Monday, January 17, 2022

New Czech government coalition wins vote of no confidence

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The Czech Republic’s new government won a mandatory confidence vote in the lower house of parliament on Thursday, with the coronavirus pandemic and rising inflation posing its immediate policy challenges.

Lawmakers voted 106 to 87 in favor of the Conservative-led government, in the vote any new government must win to govern.

The government was cobbled together by two coalitions that collectively won the majority of seats in the Oct. 8-9 general election, ending the rule of populist billionaire Andrei Babis

“We are not populists,” Conservative Prime Minister Petr Fiala told lawmakers during a debate that ended with Thursday night’s vote. “We don’t make promises that we’re not sure we can keep.”

The coalition government holds 108 of the 200 seats in the lower house and relegates Babis and his centrist ANO (JA) movement to opposition.

A liberal-conservative three-party coalition called Together, consisting of the Civic Democratic Party, the Christian Democrats and the TOP 09 party, came first in the election with 27.8% of the vote.

She has formed a government with a centre-left liberal coalition made up of the Pirate Party and STAN – a group of mayors and independent candidates – which comes in third place.

ANO narrowly lost the election with 27.1% of the votes.

Despite their disagreements on many issues, including climate change, same-sex marriage and the introduction of the euro, all coalition parties support the Czech Republic’s membership of the European Union and NATO.

The government, which was sworn in on December 17, has focused on taking action to counter an expected surge in the highly contagious Omicron variant of the coronavirus that has become dominant in the country.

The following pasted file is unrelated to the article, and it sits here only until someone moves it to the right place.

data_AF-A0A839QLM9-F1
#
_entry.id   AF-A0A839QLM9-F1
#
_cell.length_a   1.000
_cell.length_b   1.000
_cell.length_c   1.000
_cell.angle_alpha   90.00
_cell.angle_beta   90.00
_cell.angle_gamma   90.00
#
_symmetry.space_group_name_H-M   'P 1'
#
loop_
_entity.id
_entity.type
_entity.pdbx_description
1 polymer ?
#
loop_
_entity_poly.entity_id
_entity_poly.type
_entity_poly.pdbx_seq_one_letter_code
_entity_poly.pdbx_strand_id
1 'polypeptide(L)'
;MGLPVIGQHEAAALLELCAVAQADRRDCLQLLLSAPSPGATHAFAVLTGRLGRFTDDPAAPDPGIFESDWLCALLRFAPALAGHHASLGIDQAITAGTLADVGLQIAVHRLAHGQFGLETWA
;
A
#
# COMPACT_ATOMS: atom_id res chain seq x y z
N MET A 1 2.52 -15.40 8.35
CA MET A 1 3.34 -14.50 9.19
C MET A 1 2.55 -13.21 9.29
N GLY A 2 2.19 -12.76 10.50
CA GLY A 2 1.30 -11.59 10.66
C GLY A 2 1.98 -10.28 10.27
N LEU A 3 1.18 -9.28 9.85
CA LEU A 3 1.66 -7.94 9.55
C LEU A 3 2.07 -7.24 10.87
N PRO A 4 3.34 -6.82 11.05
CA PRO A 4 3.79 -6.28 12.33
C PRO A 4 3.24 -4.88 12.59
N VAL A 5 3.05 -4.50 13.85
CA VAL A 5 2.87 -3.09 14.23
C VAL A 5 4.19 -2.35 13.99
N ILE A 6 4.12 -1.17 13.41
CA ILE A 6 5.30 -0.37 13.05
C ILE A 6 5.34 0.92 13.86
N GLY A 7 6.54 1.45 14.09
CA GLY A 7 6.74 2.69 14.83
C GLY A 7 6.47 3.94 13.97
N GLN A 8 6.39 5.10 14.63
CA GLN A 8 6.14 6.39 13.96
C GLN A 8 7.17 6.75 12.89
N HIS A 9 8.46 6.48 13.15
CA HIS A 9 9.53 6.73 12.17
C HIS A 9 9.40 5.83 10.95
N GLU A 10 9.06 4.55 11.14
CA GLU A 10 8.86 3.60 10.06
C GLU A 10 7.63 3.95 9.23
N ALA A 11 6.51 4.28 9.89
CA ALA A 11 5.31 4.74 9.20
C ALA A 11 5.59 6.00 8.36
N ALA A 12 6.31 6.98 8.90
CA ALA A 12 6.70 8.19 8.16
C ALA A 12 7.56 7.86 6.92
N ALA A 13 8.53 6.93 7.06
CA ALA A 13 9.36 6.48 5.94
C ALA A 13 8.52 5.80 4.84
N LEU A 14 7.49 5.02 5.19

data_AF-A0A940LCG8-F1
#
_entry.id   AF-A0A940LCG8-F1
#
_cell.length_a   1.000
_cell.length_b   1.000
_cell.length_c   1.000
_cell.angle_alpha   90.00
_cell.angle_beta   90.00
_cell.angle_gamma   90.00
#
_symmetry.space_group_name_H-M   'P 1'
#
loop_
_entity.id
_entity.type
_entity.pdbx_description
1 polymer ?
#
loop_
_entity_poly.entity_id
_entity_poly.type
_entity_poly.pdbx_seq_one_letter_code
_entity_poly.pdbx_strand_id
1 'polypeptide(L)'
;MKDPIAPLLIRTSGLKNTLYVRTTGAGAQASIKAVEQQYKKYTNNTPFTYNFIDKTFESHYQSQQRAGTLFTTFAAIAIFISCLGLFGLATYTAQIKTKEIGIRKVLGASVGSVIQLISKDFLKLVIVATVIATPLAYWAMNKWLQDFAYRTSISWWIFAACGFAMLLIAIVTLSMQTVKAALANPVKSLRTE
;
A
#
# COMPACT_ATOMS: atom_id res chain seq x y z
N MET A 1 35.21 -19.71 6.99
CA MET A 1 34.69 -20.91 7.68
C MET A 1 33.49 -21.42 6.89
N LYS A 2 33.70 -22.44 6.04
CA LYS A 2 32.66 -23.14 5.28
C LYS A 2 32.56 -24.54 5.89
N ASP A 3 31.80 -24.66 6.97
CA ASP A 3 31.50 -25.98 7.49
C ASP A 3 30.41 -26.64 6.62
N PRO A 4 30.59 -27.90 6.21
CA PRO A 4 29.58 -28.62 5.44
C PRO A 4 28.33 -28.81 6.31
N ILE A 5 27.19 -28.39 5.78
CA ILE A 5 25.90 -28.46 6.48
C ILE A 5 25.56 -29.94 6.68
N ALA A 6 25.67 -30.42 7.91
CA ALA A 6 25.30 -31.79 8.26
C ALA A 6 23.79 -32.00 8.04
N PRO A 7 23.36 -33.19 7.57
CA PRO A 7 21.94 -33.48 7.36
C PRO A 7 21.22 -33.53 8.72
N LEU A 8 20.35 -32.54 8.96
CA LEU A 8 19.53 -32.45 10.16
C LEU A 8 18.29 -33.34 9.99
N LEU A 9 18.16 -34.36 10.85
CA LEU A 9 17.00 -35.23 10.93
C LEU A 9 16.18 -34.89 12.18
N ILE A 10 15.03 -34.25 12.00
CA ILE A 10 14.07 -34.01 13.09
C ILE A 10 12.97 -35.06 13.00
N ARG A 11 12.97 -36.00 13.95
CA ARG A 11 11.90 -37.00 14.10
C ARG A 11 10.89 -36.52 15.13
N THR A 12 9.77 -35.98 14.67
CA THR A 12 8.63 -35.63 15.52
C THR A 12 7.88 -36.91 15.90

Among other things, the isolation restrictions for people who tested positive were reduced from 14 to five days and the quarantine period for close contacts of infected people was similarly reduced.

The cabinet has made it compulsory for all staff to get tested for the coronavirus twice a week and is considering allowing people in some occupations who have been infected with COVID-19 but are not showing symptoms to work.

New infections had been falling from a record high in late November but started growing again last week.

The country has registered over 2.5 million infections and 36,765 deaths.

The new government has also pledged to phase out coal-based power generation by 2033, while increasing the country’s reliance on nuclear power and renewable energy sources.

She has approved a plan to help residents affected by high energy prices, one of the factors behind high inflation, which reached 6.6% in November.

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